Mental Illness Doesn’t Make You Special by Freddie Deboer
Before I get to the link and excerpts to the essay by Deboer, which are below, I wanted to say this:
I had clinical depression for around 35 or more years (I was diagnosed by one psychiatrist, and it was verified by more psychiatrists as I got older and moved from state to state), I still have an anxiety disorder, and I used to have social anxiety disorder, so I know what it’s like to deal with mental health issues. I had to deal with these issues largely all by myself for years.
I also know that most people who’ve never had depression, anxiety, or any other type of emotional or mental health conditions are clueless about it, and they tend to be insensitive about it, or make insensitive comments and suggestions.
But in the last few years, I have seen people – usually people in their teens or 20s, and some of the adult, far left mental health professionals – almost act as though having depression (or whatever mental health condition) makes them unique little snowflakes and deserving of lots of attention and pity.
This attitude and behavior makes me want to barf.
I used to have a friend named Mary (not her real name) who I met online (who I now suspect is borderline – borderline personality disorder), and while I briefly mentioned to her early a time or two in in our friendship that I had depression for years, I never made a big fuss out of it, nor did I tell her for years that I also had suicidal ideation.
(I mentioned having depression to her a time or two after Mary began sharing with me that she had mental health issues.)
It was not something I was proud of.
I spent years researching depression and how to get rid of it. I also read up on tips on how to get rid of anxiety. I did not like having either condition. I did not use either as pity ploys or to get attention from others.
But this suspected BPD friend of mine, Mary – who was a drama queen – often would come on to our forum where we participated to complain about how life was so unfair, and she was going to kill herself.
I took her suicide threats seriously for many years – until around the 6th or 7th year of this. It was then that my intuition was telling me she was using such threats as attention-getters, as pity ploys.
It became a predictable pattern with her: about once every 8 to 9 months, she’d storm on to the forum complaining about how life was so terribly unfair, and how she was going to go kill herself.
So after several years of this, I stopped addressing Mary’s posts where she threatened suicide. Once I stopped doing that, she would come to the forum later, behave sheepishly, and admit she was being a drama queen and just wanted attention.
I do see more and more people in the past few years wearing their mental health problems like some kind of strange badge of honor.
They feel that having a mental health problem makes them “special,” “unique,” and they want attention and sympathy for it – this is never how I approached having anxiety and depression, so I find this very foreign, weird, and off-putting.
Unlike today’s mental health sufferers, I didn’t get a sense of identity or purpose from having depression or anxiety, either, nor did I want to, because that is not a healthy thing to do.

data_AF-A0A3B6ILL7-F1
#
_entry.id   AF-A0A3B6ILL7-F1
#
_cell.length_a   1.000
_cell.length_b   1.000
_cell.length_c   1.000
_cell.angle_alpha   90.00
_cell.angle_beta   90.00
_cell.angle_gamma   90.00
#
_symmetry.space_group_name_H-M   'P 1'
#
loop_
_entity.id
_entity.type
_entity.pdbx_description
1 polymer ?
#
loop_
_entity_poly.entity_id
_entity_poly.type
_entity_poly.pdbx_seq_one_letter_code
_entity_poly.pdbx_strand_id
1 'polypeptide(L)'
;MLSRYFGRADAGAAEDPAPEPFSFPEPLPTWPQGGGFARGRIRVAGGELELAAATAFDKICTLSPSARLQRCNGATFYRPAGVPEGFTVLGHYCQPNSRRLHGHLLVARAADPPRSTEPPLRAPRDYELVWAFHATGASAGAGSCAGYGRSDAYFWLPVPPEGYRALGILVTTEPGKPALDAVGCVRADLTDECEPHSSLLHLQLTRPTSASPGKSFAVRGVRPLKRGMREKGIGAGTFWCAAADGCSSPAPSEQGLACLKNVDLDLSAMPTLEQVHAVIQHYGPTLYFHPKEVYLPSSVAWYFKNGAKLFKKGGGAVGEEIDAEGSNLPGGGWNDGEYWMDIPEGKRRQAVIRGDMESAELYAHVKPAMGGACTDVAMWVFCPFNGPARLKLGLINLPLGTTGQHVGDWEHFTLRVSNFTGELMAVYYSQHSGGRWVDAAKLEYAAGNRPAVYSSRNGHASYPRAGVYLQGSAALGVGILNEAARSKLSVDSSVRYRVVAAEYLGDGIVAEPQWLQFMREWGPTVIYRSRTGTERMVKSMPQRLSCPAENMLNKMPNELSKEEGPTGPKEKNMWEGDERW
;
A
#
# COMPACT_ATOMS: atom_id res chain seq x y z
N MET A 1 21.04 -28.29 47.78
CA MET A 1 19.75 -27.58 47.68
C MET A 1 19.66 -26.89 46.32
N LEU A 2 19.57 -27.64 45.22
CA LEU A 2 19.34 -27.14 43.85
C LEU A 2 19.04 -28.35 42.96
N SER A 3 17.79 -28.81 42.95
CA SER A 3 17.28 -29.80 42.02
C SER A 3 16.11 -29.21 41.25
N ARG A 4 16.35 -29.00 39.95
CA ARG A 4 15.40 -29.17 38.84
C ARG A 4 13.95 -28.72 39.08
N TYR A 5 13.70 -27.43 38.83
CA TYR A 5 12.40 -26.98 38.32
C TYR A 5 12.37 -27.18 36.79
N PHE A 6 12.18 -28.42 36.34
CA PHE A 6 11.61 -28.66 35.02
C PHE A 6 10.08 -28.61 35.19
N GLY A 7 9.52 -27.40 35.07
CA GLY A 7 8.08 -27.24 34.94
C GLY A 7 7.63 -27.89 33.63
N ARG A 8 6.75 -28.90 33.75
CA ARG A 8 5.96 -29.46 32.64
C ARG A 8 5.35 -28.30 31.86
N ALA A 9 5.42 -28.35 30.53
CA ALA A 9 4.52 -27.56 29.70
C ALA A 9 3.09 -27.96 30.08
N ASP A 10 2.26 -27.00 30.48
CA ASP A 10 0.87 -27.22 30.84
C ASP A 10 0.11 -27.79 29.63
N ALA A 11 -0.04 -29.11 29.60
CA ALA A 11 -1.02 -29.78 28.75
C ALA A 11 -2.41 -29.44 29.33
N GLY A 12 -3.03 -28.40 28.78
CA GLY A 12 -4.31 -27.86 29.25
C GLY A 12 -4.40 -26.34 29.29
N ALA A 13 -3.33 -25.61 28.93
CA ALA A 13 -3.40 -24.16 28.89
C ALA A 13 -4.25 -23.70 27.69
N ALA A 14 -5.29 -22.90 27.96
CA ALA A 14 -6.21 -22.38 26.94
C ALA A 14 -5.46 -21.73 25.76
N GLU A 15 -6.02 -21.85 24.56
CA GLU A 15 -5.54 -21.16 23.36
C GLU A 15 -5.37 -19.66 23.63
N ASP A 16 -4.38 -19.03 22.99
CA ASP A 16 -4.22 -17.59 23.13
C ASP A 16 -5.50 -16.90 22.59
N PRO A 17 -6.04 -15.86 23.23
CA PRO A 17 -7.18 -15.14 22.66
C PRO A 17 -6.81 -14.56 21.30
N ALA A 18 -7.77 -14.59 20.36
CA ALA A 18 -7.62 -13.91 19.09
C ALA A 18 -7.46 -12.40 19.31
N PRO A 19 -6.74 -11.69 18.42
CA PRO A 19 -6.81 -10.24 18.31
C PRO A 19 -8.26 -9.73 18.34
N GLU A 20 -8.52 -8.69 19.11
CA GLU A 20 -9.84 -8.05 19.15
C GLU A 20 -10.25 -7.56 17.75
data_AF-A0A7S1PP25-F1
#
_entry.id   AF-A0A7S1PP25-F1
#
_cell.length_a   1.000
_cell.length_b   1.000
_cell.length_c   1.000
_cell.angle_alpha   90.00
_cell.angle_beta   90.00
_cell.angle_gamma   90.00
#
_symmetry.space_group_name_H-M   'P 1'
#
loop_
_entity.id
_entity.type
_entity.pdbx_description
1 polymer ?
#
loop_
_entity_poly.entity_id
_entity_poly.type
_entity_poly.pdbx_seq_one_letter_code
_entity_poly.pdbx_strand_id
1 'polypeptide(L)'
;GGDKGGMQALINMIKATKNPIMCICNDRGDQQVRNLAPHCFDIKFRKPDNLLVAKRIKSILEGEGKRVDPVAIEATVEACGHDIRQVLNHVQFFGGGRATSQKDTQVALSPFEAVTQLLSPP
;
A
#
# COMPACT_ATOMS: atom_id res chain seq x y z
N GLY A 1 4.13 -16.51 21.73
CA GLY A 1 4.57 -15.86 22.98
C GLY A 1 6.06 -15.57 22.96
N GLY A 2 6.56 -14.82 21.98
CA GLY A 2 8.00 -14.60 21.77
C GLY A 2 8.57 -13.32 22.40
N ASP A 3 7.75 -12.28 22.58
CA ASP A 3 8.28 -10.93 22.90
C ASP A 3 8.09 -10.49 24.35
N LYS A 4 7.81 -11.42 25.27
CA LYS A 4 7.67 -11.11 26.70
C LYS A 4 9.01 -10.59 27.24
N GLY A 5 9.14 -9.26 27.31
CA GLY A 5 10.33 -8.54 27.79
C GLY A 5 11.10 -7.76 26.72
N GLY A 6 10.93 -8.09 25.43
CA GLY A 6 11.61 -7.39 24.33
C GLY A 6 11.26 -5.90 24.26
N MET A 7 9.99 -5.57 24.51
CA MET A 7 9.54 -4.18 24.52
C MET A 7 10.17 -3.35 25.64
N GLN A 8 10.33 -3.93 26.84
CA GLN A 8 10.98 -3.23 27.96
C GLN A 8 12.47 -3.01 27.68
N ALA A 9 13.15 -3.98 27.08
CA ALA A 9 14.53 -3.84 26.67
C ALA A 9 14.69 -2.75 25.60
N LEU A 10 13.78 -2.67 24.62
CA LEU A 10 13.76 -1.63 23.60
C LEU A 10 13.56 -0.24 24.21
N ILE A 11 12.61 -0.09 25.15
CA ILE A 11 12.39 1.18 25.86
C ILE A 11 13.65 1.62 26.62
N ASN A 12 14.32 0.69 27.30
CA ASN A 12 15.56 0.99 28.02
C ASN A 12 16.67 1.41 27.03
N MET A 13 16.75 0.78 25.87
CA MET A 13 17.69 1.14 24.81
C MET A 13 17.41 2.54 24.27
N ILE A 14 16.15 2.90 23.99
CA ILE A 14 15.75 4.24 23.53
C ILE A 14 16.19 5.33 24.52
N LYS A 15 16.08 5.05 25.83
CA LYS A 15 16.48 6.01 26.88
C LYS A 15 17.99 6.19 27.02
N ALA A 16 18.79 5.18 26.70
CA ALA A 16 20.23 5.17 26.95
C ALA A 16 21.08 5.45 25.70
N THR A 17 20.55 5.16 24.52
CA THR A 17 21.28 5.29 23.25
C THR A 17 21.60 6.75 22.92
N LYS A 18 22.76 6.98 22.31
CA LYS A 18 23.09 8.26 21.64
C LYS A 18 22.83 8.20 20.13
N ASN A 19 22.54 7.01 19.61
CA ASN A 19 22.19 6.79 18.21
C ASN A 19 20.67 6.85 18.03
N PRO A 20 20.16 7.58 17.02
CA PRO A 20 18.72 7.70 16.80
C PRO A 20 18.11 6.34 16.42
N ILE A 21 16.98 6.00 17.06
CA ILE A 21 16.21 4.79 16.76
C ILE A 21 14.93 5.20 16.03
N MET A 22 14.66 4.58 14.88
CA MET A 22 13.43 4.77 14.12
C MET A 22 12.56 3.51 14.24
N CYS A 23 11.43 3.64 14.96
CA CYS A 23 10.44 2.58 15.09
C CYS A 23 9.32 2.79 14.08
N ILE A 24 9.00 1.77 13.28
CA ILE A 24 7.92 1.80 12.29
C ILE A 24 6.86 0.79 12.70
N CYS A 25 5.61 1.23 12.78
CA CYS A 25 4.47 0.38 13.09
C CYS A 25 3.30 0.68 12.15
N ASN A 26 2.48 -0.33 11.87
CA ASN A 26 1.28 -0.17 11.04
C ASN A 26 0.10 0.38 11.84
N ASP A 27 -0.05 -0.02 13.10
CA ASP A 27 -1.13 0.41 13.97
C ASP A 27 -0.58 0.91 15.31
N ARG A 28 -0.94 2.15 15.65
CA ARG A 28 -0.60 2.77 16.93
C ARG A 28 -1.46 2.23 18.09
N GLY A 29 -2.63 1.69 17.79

I also didn’t go around frequently, loudly, broadcasting all the time that I had depression and anxiety. When I did discuss it (online), it was under a pseudonym.
I have grown to dislike the word “neuro-divergent” that these people who act like fragile, attention-seeking snowflakes have developed. One can no longer just say that she “has depression” but one now is expected to say that she is “neuro divergent” or “not neuro typical.” It is to barf.
I’ve met people over my life, whether they have clinical depression, a personality disorder – whatever it may be – and some of them absolutely use their mental health problems (which may be accompanied by a personality disorder) to as a way to get attention and compassion from others.
It’s almost as though they don’t really want to be healed, be cured, and move on – no, they take a perverse sense of comfort in having whatever mental health problem, and they may even use it as an excuse about why they supposedly cannot get up and move on in life.
I’ve written posts on this topic before, so I won’t go into detail here, but during the years I had clinical depression and was very codependent (a people pleaser and a good listener),
I kept attracting other clinically depressed (or other types of troubled) people to me, and while I was there for these people, offering them months to years of emotional support, most of them offered me little to none in return. I’ve since learned to detach from such troubled people, which I’ve written of before in other posts.
Why do neurodiversity activists claim suffering is beautiful?
BY FREDDIE DEBOER
April 29, 2022
Marianne Eloise wants the world to know that she does not “have a regular brain at all”. That’s her declaration, on the very first page of her new memoir, Obsessive, Intrusive, Magical Thinking.
The book catalogues her experience of a dizzying variety of psychiatric conditions: OCD, anxiety, autism, ADHD, alcohol abuse, seasonal affective disorder, an eating disorder, night terrors, depression.
By her own telling, Eloise has suffered a great deal from these ailments; I believe her, and wish better for her.
But she would prefer we not think of them as ailments at all. And that combination of self-pity and self-aggrandisement is emblematic of our contemporary understanding of mental health.